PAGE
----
- Reasonable notice
- How these cases might influence future court decisions
- What employers can do to mitigate risk going forward
Associate, Koskie Minsky LLP
Networking and coffee break
Session 4: Human rights and mental health accommodation
Employers have a duty to accommodate employee needs when they stem from one or more prohibited grounds of discrimination. The pandemic's continual impact on workplaces means employers must stay up to date on their responsibilities to employees who request an accommodation, whether due to mental health or other medical conditions, family status, or issues related to public health. What are the steps employers need to take to ensure they are properly accommodating employees? What types of staff mental health issues are employers facing, and how do they accommodate employees when these arise?
- The boundaries included in human rights and mental health accommodation duties
- Legal update on human rights accommodation in the workplace
- The employer’s duty to enquire and other mental health obligations
- The types of HR and mental health accommodations employers are facing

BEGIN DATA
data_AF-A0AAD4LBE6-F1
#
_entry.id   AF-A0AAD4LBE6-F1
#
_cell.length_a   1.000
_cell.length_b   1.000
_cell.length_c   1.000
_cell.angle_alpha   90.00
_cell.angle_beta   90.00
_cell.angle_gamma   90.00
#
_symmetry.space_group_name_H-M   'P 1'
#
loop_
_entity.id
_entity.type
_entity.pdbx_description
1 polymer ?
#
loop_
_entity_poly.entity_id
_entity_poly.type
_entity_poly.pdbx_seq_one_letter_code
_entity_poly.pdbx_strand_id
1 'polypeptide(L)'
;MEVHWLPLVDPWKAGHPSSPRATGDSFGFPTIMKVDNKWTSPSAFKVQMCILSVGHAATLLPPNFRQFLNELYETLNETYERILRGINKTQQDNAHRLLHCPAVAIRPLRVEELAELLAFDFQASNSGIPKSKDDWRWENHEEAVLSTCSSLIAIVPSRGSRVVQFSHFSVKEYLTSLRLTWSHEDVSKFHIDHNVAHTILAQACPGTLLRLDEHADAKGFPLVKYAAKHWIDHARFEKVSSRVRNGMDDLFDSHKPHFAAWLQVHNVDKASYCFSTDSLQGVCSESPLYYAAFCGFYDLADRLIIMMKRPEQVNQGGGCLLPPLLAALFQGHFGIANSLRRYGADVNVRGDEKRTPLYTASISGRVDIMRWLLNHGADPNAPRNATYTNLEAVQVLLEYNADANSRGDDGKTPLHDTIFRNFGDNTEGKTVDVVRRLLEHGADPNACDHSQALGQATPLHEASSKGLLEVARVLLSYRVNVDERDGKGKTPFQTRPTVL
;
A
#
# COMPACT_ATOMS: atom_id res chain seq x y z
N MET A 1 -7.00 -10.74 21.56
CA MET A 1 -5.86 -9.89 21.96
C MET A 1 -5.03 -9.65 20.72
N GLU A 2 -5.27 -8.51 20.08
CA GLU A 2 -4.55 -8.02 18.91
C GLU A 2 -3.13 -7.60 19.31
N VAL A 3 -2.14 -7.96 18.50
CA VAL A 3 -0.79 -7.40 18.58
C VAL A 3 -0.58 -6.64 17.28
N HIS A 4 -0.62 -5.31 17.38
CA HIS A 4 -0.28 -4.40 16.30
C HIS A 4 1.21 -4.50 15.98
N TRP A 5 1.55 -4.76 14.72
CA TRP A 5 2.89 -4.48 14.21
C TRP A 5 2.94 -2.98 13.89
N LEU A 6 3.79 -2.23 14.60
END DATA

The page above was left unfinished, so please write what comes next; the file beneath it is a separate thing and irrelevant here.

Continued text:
- Practical issues related to accommodating employees in a hybrid work setting
Partner, Stewart McKelvey LLP
RETURN TO WORK
A. Session 5: Safe worksites and employer liability during the pandemic
As employees return to the workplace or continue to work remotely long-term, employers need to consider their legal obligations and liabilities under health and safety and emergency legislation. What are some of the health and safety issues employers need to consider with a 'return to work'? How can they protect themselves from civil actions and other liabilities?
- Overview of health and safety obligations under OHS legislation, emergency orders and municipal by-laws
- The types of health and safety issues employers will be facing at this stage of the pandemic
- Enforcing onsite health and safety protocols and practices
- Employer liabilities related to worksite COVID-19 infections
- Workers' compensation associated with COVID-19 infections
B. Session 6: Practical challenges of managing a return to work in a hybrid setting